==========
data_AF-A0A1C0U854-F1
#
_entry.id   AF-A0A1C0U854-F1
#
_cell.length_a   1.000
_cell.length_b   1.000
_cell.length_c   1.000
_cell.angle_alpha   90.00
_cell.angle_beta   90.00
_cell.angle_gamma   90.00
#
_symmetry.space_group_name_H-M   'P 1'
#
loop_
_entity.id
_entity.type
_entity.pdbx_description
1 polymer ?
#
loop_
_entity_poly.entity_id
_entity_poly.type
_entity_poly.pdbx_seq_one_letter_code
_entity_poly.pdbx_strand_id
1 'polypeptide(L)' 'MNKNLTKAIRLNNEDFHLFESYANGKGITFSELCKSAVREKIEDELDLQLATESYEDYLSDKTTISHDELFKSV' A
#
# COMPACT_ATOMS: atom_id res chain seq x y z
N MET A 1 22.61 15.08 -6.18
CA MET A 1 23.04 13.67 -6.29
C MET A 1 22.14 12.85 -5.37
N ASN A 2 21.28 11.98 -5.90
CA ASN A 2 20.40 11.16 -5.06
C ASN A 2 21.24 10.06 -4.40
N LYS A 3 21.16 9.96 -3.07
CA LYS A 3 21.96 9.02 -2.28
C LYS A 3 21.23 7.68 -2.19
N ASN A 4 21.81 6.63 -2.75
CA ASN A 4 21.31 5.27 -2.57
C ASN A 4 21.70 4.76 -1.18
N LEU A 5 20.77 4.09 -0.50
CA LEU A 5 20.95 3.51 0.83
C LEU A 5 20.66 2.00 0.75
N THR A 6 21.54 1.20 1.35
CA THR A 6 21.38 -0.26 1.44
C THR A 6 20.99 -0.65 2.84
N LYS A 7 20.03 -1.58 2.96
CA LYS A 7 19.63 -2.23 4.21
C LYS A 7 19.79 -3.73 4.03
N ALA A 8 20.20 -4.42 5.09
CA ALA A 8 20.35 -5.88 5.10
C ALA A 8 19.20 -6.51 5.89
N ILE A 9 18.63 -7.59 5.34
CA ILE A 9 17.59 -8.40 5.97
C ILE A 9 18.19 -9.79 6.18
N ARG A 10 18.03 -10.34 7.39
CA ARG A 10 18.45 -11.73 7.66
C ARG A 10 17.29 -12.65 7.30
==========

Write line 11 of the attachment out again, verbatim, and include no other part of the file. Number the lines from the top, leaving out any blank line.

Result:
#